development

A report by the U.S. Geological Survey documents how much human disturbance sage grouse can tolerate, and report co-author Steve Knick says the amount is very low.

He says most active leks, or breeding grounds, are in areas where less than three-percent of the land is developed.

Knick says the study shows that Wyoming is on the right track with its core area policy.

A study by the U.S. Geological Survey looks at the ecological conditions that sage grouse need in order to survive, and the amount of human disturbance they can tolerate. We’re joined now by Steve Knick, one of the report’s authors. He says the goal was to determine the basic requirements that sage grouse have.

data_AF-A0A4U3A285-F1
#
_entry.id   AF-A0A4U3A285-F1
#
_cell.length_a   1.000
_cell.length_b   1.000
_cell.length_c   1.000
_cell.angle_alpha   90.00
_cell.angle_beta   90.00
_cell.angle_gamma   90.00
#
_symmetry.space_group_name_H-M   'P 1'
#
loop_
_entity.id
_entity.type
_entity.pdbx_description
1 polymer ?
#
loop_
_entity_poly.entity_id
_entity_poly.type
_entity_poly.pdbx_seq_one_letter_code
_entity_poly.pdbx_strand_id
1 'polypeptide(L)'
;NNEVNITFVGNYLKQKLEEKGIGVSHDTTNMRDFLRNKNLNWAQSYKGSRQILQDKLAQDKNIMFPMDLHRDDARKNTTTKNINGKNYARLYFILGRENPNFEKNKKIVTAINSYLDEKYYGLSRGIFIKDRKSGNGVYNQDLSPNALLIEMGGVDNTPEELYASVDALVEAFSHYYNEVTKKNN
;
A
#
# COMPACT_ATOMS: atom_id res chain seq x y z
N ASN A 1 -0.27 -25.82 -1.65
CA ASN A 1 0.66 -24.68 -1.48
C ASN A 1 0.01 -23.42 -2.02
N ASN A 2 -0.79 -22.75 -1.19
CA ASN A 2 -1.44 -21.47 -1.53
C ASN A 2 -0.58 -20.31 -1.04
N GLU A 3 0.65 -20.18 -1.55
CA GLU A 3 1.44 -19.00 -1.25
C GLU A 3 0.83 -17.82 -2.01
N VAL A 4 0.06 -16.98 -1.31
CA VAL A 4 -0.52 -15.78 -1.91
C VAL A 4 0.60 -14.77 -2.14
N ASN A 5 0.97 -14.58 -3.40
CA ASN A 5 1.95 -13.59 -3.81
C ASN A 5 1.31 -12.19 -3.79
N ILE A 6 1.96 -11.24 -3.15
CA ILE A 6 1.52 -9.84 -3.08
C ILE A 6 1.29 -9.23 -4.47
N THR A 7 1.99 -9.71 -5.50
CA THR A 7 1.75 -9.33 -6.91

Click here to view the full report.

Researchers hope to determine how much development mule deer can tolerate on their migration routes.

Biologist Hall Sawyer found in a recent study that when mule deer travel between their summer and winter ranges, they spend 95 percent of their time stopping and eating.

“If we consider these migration routes highways, the stopovers would be like the hotels, where you crash in for the night and grab a bite to eat,” Sawyer said. “And maybe you stay there for a night, maybe you stay for a week.”